Mt. Abe holds line on budget

BRISTOL — The Mount Abraham Union High School board of directors on Tuesday agreed to send a $13,233,629 spending plan for the 2010-2011 school year to voters in the five towns in the Addison Northeast Supervisory Union on Town Meeting Day.
Total spending in the proposed budget is down 1.72 percent from the current year’s numbers, and matches this year’s educational spending dollar-for-dollar. Declining student enrollment, however, means the level-funded budget would still reflect a roughly 6 percent increase in per pupil spending.
Education property taxes would rise between 3 and 13 cents in the five towns.
The board held firm on its pledge to send a level-funded budget to voters, though keeping educational spending in check meant some cuts at the high school.
One of the biggest changes would come in the social studies department, where cuts have eliminated one and a half positions — a change that saves $69,000.
Administrators also eliminated just more than half of an English position for a savings of $29,323; shaved $20,000 from the budget in transportation for field trips and sports; and cut $17,000 in spending for computer equipment and software, among other cuts.
The voted was unanimous, though Chair Lanny Smith said no one relishes the cuts. The fat’s already been removed from the spending plan, Smith said, and now the board is “cutting the bone.”
The social studies department is hardest hit in terms of personnel, Smith said, because class sizes have gone down slightly, and the administration hasn’t made any cuts in the department yet. Though a group of students have organized a Facebook group rallying behind one teacher’s position, Smith said the board doesn’t consider specific employees when they approve the budget, and just focuses on the numbers.
“We don’t want this to be a personal thing,” Smith said.
Overall, Smith is optimistic about the quality of education at Mount Abe, though he said the board is between the proverbial rock and a hard place.
“We’ve got some great teachers, some great administrators. We’re going to put together a great education system for the kids. But we’re going to do it with less money,” he said.
In addition to warning the proposed school budget, the school board on Tuesday night also discussed possible changes to the way food services are delivered at Mount Abe. The board will consider whether to look at an outside vendor to deliver the service, in the hopes of saving money. But long-time food service workers who spoke at the meeting voiced concerns that a new vendor could cut out their health insurance or lower their wages.
The board discussed the question of food services in more depth in executive session, though no decisions came out of that closed meeting.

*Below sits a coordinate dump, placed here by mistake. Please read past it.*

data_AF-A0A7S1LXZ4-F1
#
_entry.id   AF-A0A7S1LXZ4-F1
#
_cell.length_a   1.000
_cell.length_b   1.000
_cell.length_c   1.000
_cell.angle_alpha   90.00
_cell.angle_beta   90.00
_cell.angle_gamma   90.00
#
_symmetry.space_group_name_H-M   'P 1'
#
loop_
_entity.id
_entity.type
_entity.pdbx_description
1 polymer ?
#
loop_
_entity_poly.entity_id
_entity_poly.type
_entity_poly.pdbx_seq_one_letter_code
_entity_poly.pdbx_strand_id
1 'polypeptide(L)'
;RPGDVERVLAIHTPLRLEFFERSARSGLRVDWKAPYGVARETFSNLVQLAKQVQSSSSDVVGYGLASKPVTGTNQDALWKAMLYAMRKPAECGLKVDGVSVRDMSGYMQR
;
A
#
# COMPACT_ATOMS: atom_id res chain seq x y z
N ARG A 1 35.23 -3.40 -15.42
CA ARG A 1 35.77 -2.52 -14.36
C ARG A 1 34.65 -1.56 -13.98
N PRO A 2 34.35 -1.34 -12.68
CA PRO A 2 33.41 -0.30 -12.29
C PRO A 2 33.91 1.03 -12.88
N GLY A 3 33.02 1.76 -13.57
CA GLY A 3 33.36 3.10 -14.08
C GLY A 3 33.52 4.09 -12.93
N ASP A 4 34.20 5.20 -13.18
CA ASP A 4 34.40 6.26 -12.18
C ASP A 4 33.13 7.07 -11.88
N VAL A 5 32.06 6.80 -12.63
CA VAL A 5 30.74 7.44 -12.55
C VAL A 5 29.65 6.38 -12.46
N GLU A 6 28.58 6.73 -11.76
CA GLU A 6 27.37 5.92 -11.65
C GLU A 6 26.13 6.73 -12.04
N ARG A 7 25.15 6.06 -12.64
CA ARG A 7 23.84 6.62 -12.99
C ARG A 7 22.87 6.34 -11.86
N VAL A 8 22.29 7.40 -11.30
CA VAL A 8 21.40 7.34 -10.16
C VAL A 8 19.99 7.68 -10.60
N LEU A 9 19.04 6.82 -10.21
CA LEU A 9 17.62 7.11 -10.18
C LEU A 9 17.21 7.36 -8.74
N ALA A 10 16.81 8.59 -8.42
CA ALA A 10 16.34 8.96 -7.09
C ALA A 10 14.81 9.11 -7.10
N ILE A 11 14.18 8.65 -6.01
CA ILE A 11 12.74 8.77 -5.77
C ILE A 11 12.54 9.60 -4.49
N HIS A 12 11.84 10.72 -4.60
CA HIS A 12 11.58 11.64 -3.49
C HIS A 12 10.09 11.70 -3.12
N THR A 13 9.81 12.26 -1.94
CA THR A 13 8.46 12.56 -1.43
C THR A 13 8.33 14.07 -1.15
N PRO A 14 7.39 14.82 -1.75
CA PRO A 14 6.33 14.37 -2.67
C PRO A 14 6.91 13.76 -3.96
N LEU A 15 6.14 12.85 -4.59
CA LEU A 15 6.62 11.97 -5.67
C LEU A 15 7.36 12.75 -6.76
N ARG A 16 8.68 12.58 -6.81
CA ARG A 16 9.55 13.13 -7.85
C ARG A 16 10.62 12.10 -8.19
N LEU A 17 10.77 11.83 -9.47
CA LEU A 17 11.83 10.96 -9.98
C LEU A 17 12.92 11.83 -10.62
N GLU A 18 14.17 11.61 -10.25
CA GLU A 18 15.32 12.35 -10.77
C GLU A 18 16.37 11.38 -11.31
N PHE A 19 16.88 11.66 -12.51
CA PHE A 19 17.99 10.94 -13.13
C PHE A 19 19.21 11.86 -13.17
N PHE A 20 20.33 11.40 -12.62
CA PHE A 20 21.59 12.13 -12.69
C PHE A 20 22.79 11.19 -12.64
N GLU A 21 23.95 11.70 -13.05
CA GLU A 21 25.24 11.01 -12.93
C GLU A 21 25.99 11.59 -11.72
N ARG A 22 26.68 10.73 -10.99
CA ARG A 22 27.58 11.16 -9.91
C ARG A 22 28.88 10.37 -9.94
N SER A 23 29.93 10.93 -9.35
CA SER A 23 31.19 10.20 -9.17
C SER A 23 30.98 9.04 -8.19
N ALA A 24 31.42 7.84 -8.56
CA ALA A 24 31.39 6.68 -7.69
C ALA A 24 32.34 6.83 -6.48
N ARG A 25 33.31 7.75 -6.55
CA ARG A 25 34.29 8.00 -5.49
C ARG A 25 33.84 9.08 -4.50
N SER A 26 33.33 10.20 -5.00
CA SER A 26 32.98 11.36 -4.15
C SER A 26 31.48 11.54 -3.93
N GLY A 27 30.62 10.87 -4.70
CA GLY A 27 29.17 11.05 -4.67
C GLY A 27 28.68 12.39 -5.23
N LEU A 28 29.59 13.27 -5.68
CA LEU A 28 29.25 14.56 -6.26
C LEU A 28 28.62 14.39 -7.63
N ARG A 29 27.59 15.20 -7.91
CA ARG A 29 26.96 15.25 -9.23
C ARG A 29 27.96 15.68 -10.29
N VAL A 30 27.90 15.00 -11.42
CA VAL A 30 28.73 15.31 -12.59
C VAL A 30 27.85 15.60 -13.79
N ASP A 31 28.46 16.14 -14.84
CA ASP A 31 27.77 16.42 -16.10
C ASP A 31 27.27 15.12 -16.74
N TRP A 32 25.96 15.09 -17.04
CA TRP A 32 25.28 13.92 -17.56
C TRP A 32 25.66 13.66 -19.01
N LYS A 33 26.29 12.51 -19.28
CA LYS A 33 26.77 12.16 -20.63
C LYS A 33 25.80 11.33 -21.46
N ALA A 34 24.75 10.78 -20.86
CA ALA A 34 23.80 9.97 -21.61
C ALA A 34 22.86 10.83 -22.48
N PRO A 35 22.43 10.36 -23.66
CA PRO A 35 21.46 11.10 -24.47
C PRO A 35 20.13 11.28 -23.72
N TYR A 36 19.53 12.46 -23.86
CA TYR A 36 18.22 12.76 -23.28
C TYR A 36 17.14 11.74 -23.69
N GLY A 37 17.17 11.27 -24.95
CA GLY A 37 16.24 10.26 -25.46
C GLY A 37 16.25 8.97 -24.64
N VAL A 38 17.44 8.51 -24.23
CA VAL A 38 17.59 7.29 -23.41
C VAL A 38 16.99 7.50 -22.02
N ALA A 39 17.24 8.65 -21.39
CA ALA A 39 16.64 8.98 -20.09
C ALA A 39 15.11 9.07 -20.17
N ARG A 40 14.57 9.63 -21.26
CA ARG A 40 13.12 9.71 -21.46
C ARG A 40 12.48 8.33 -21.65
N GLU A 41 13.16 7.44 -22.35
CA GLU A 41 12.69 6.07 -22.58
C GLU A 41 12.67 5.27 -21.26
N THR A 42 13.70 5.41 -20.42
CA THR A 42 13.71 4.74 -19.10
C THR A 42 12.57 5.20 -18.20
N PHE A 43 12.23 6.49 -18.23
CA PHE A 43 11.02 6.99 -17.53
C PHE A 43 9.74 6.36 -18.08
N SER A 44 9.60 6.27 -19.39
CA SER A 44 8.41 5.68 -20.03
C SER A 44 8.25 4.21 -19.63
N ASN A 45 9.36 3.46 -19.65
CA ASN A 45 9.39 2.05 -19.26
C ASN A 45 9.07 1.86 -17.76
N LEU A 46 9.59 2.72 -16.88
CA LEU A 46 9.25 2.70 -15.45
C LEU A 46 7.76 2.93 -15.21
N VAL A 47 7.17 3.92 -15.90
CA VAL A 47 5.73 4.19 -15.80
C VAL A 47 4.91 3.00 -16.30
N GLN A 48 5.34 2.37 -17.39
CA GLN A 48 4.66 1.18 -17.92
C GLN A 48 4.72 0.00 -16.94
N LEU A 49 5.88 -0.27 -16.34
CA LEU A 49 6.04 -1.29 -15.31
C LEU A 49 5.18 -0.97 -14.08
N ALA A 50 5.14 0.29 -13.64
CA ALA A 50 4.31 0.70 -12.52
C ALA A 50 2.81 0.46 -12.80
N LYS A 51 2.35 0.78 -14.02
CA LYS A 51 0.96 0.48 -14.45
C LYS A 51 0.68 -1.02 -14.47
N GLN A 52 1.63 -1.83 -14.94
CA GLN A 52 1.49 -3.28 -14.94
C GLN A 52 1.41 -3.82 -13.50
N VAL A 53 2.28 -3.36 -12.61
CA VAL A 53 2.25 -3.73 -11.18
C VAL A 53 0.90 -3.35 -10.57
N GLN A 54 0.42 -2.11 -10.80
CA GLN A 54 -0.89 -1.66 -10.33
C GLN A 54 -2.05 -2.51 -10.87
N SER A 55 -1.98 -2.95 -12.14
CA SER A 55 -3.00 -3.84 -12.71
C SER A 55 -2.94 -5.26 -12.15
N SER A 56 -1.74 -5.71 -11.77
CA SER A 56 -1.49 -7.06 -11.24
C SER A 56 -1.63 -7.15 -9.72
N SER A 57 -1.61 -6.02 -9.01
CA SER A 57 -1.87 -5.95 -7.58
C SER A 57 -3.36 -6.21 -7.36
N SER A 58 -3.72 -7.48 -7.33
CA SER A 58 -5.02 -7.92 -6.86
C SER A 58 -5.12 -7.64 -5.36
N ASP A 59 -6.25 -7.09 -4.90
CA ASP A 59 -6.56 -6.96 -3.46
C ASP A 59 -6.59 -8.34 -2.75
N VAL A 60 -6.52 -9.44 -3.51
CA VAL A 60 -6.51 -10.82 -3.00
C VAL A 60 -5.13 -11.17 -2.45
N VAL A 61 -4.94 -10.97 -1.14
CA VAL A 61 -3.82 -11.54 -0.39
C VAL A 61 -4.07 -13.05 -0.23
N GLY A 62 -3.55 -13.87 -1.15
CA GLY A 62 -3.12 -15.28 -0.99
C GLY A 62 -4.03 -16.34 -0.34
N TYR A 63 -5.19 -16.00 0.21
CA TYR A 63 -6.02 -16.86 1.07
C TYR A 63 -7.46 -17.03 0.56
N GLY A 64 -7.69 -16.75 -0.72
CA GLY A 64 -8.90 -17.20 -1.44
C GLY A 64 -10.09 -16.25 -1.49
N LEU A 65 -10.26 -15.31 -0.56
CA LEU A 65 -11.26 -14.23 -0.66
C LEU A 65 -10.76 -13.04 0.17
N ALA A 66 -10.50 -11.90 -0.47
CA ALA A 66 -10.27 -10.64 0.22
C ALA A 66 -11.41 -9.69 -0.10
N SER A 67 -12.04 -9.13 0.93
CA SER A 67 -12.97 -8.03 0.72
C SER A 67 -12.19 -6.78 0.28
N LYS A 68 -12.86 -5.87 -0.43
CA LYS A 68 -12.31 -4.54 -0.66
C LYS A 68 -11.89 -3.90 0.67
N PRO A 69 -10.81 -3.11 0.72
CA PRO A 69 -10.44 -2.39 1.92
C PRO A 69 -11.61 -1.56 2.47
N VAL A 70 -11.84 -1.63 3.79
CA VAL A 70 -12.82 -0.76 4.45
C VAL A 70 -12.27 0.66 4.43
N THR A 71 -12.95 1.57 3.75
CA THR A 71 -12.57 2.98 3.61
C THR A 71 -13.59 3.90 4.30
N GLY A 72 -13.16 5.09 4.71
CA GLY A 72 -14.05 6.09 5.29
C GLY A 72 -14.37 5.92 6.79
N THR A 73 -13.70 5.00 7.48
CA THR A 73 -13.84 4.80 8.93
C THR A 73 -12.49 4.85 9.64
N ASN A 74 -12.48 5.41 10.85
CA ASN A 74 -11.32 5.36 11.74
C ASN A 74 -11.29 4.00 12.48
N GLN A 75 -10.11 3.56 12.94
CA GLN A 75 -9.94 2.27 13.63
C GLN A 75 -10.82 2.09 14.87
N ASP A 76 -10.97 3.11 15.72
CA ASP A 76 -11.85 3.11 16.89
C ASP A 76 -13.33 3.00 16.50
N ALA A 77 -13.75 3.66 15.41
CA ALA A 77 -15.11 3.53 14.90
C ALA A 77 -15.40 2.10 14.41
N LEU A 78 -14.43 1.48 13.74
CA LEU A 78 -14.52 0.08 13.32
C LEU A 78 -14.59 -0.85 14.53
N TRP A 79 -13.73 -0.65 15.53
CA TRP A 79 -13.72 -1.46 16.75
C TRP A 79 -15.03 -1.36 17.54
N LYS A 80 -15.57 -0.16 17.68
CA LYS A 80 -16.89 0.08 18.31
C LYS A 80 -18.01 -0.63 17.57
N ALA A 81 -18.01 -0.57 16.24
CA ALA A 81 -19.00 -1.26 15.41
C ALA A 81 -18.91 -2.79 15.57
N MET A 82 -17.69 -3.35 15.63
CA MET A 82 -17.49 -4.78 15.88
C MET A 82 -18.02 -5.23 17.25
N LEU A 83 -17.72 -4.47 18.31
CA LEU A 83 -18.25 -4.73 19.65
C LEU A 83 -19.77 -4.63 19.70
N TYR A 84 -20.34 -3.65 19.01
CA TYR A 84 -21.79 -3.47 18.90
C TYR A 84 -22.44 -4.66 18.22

Despite the fact that educational spending is holding level, property tax rates are projected to rise in each of the Five Towns.
Property tax rates in Lincoln and Monkton are projected to rise 13 cents (7.3 and 8.5 percent, respectively), Starksboro could see a 10-cent hike (7.8 percent), New Haven’s rate is estimated to rise 9 cents (5.1 percent), and Bristol is slated to see a 3-cent rise in 2010-2011 (2.3 percent).
School board members on Tuesday night expressed frustration that, despite their best efforts to keep spending in check, property tax rates will still rise. The hikes are due in large part to a change in the state education tax rate; the education department recommended a 2-cents increase but the Legislature has yet to act on it.
Another factor has to do with individual towns’ common levels of appraisal, or CLA. The CLA is used to equalize education taxes statewide, and ensure that properties of equal value pay equal taxes. The CLA is designed so that residents in towns recently reappraised will not pay taxes at a higher rate than residents in towns that have not been reappraised in a few years.
“There’s a great deal of uncertainty about how the legislators are going to resolve the issue of the shortfall of revenues across the whole state,” said Addison Northeast Supervisory Union Superintendent Evelyn Howard. “We’ve tried to stay focused on what we can control.”
Howard said that boards will have to do as much as possible to explain to voters the work they’ve done, and just what is and is not within a school board’s control.
“I think that it requires us to do as much as we can about explaining the hard work of boards to try to manage this to the degree that we can,” Howard said. “We also realize there’s a lot that’s happening at the state level that will be the ultimate determination.”
Smith agreed, and said that until the state gets serious about controlling education spending, local school boards are in a tough spot.
“We keep cutting, and the taxes go up,” he said. “It’s truly out of our control, and we’re doing the best we can.”

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